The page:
The study compared pre-op MRI results with histopathologic exams of 104 resected bones from 18 diabetic foot ulcers in 16 patients. The authors note that in eight neuropathic ulcers, 29 bones had an accurate diagnosis of osteomyelitis using MRI, even those bones with severe soft tissue infection. Of 75 bones in 10 ischemic ulcers, the study notes only seven bones evaluated by MRI after revascularization had an accurate diagnosis while the other 68 bones could not get an accurate MRI diagnosis. A histopathologic examination found all the bones to be infected through the bone cortex by the surrounding infected soft tissue, notes the study.

   Eric Lullove, DPM, notes that MRI is a very effective tool for delineating the margins and extent of osteolytic destruction of bone as a result of infection. He notes the imaging of the bone marrow contrast enhancement is very specific for osteomyelitis.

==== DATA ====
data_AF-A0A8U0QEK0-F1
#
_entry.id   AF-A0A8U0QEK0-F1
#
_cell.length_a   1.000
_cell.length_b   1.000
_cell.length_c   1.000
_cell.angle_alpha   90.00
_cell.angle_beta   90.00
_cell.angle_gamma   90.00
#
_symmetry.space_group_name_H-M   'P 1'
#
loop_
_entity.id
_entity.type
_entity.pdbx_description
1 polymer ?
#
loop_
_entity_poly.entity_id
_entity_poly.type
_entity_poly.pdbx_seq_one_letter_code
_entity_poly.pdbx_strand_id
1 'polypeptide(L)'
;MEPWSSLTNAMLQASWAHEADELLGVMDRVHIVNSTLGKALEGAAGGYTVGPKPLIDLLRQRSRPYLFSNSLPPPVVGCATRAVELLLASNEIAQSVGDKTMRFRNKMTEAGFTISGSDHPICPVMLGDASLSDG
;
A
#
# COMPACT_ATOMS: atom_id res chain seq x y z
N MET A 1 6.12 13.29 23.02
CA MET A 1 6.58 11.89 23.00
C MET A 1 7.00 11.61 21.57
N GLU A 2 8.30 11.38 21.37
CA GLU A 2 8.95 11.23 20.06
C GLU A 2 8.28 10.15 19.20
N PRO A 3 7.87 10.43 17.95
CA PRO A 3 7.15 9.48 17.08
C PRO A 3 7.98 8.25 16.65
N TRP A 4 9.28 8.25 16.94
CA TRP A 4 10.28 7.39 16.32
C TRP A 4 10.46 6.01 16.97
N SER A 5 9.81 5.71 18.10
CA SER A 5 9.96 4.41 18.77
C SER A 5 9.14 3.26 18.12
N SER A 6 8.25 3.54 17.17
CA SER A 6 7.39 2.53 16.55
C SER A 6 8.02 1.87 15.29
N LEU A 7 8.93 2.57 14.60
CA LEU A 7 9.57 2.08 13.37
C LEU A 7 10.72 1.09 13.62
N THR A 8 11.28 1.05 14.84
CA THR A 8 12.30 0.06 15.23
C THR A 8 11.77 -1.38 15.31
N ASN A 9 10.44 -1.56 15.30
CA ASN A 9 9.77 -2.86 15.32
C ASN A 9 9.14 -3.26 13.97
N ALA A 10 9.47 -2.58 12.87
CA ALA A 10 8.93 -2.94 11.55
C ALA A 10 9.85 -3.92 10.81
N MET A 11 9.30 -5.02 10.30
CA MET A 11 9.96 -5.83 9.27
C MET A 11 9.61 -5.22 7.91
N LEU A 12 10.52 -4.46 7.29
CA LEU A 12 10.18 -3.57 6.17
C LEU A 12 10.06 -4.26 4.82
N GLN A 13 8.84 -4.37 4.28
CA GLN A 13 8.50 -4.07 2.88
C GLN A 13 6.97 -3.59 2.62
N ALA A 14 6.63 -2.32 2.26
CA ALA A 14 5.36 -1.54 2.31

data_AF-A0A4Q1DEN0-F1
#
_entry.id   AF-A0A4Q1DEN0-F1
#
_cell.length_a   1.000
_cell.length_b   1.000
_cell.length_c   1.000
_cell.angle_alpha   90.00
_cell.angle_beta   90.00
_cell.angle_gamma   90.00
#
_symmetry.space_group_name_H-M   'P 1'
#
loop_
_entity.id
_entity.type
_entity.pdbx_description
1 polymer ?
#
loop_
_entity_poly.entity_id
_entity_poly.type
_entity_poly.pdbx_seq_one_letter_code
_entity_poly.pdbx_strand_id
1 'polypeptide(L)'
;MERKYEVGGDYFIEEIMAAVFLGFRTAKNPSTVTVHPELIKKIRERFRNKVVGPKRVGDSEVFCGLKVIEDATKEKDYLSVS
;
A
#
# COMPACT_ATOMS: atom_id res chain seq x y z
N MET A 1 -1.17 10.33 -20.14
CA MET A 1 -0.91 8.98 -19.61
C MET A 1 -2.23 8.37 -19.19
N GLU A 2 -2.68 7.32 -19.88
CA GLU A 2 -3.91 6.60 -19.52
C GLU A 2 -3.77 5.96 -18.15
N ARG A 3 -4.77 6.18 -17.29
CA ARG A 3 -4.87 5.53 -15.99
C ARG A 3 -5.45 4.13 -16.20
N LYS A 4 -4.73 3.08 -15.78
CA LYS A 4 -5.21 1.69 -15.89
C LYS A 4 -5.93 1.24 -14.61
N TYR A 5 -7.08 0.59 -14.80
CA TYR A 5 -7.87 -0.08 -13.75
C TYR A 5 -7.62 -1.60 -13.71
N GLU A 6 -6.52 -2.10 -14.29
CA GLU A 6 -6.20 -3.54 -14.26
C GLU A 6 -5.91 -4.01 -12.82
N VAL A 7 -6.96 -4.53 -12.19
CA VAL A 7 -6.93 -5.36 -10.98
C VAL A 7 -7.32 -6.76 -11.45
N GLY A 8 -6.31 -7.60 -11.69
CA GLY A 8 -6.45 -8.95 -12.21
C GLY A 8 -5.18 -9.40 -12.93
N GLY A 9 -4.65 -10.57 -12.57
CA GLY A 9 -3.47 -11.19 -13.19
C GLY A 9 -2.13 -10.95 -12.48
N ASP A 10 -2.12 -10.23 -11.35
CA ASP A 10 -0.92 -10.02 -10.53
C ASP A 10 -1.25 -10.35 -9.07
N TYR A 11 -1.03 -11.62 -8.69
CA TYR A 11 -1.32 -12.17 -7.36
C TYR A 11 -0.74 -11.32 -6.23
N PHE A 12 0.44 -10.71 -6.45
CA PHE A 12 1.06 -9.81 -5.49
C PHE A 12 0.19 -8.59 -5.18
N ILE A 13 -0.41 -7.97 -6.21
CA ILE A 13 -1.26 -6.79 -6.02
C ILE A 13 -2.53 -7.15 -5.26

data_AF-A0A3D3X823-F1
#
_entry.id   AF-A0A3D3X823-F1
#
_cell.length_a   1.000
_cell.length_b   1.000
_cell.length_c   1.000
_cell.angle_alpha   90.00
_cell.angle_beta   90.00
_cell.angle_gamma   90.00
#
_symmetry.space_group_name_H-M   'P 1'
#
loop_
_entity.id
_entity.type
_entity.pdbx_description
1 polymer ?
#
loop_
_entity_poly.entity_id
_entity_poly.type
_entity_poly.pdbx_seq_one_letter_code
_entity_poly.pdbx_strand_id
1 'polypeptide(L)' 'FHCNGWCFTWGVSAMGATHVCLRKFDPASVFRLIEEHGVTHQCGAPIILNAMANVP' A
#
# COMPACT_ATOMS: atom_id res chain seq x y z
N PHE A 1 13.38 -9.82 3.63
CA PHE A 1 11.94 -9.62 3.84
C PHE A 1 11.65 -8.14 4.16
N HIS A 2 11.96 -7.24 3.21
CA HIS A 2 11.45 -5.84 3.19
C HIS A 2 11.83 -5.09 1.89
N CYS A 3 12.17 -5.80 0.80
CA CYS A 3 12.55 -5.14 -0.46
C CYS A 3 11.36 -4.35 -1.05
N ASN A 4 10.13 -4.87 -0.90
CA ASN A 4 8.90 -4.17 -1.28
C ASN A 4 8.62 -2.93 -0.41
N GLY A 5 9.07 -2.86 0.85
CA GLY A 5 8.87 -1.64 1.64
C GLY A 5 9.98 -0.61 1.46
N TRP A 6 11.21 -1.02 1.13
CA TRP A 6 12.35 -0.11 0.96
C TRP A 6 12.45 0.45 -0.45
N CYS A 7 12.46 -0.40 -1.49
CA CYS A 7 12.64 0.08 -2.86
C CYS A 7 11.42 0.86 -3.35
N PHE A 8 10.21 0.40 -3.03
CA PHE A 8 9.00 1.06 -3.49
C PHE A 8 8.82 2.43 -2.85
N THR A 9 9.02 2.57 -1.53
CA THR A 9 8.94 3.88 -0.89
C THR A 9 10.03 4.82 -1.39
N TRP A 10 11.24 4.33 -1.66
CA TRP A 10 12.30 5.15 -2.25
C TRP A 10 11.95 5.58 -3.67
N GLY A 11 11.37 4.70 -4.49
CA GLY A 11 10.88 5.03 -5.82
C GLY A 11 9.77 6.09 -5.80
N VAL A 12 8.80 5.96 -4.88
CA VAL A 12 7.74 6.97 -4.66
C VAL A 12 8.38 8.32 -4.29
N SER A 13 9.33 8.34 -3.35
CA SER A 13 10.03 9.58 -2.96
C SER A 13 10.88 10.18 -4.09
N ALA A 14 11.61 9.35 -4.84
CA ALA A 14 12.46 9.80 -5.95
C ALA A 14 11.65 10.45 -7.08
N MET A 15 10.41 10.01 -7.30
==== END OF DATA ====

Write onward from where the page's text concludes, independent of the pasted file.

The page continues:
“It is the gold standard in those patients who have normal renal function or slightly impaired renal function, or those patients free of pacemaker devices and recent orthopedic surgery,” says Dr. Lullove, a Fellow of the American College of Certified Wound Specialists, who is in private practice in Boca Raton and Delray Beach, Fla.

   However, Dr. Lullove notes the presence of ischemia does not affect MRI imaging, explaining that the MR spin rates the water in the body, not the blood flow. If one is looking at MR angiography, he says ischemia would be relevant but not as relevant in MRI for osteomyelitis.

   Dr. Lullove notes a computed tomography (CT) scan is not as specific as MRI for osteomyelitis and plain film radiography will show osteolytic processes, but well after the infection process is beyond 14 to 21 days from the onset. He says one can utilize ultrasonography to see periosteal reactions and violations of the cortex in areas where one can use sonographic imaging effectively.

   Although some studies recommend the routine use of gadolinium, Dr. Lullove notes that others suggest that it is unnecessary. "There is no convincing evidence that contrast improves the diagnostic accuracy for osteomyelitis, but it is clear that its use improves the evaluation of soft tissue pathology as it helps to demonstrate abscesses and sinus tracts more easily. The use of contrast may also allow differentiation of viable from non-viable bone or soft tissue," he notes.